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Preventing childhood obesity

Childhood obesity is on the rise. The Office of the Surgeon General says that the number of overweight teens has nearly tripled in the past 2 decades. And that extra weight comes with a lot of baggage, like an increase in Type 2 diabetes in children, high blood pressure, and even some forms of cancer. Is there anything you can do?

Overweight Girl

Turns out that you really are what you eat, according to a study slated to be published in the August issue of The Endocrine Society’s Journal of Clinical Endocrinology & Metabolism (JCEM). In case JCEM doesn’t usually grace your coffee table, we’ve got the skinny for you right here.

Breast is still best

Whatever your feelings on breastfeeding, it’s still a great start for your baby’s life — and lifelong health. Kids who are breastfed longer have a lower fat mass that can’t be explained by differences in family background or the child’s height.

In other words, those early days really do make a difference later on. Not much comfort when you’re in the middle of a seven-hour nursing marathon, perhaps, but stick with it, and your kids will ultimately reap the rewards. Think of it as yet another sacrifice you make for them that they will fail to appreciate.

Weaning wisely

A key component of this study, and what sets it apart from past research, is that the researchers looked closely at the influence of the weaning diet on childhood weight.

“We found that, independent of the duration of breastfeeding, children with higher quality weaning diets including fruits, vegetables, and home-prepared foods had a greater lean mass at four years of age,” said Dr. Siân Robinson, PhD, of the MRC Epidemiology Resource Centre, University of Southampton in the United Kingdom and lead author of the study.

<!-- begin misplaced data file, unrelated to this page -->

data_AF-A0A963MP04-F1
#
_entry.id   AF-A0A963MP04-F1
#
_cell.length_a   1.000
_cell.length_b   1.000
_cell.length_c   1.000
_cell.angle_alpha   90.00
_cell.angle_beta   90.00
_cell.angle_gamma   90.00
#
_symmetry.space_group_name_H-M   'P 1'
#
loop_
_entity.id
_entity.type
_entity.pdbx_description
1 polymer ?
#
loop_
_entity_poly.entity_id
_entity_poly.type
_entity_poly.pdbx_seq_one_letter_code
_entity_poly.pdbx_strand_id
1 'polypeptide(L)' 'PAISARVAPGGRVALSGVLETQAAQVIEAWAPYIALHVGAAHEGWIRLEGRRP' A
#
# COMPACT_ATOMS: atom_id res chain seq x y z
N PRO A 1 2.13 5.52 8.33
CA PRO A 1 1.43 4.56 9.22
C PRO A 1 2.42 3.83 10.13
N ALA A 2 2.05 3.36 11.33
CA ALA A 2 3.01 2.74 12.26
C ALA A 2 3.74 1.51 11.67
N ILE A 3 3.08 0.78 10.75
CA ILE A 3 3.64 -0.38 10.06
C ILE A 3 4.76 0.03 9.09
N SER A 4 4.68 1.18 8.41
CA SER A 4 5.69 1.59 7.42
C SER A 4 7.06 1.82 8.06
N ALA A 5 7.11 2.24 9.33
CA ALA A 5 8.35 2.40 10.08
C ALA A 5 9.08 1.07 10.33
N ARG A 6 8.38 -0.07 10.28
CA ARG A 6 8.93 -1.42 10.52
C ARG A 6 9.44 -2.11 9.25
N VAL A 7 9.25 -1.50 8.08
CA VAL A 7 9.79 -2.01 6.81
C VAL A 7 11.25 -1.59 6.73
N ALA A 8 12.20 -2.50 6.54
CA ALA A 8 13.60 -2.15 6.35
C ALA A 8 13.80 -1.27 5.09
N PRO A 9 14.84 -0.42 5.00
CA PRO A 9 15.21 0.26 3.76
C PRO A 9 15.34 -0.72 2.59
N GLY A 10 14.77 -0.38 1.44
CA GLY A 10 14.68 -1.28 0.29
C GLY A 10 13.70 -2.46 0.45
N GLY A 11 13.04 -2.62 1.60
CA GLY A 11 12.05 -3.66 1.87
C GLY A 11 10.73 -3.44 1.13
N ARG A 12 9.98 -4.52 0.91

Making smart choices

So, if you aren’t nursing, are your kids doomed to a life of overweight? Of course not. In fact, in this study, “weaning” is defined as “the period of transition in infancy between a diet based on milk feeding to one based on solid foods.” In other words, as you introduce your child to solids, you have a real opportunity to set the tone for his lifelong health.

Researchers looked at the diets of 536 children at six and 12 months of age. Diet was assessed using a food frequency questionnaire that was administered by trained research nurses to record the average frequency of consumption of specific foods. The age at which solid foods were introduced into the infant’s diet was also recorded.Sure, some of this sounds like common sense. Feed your kids healthful foods and they’ll be healthier. Big surprise. But stop and think about the long-term effects of a balanced diet. Just cooking dinner at home rather than picking up takeout can make a real difference in your child’s life — today and tomorrow.

Limit sweets and fast food

While your kids are still small (read: before they can talk back), get in the habit of offering fruits and vegetables at snacktime — instead of cookies and cupcakes. Aim to cook dinner most nights, and save the fast food for special occasions.

Don’t forget to consider portion sizes, too — both at home and when you eat out. As tempting as it is to push kids to join the clean plate club, it’s better to let their stomachs decide when they’re full.Little changes can make a big difference over time. Get your kids off to a good start with a balanced diet, and start them on the path to great health.

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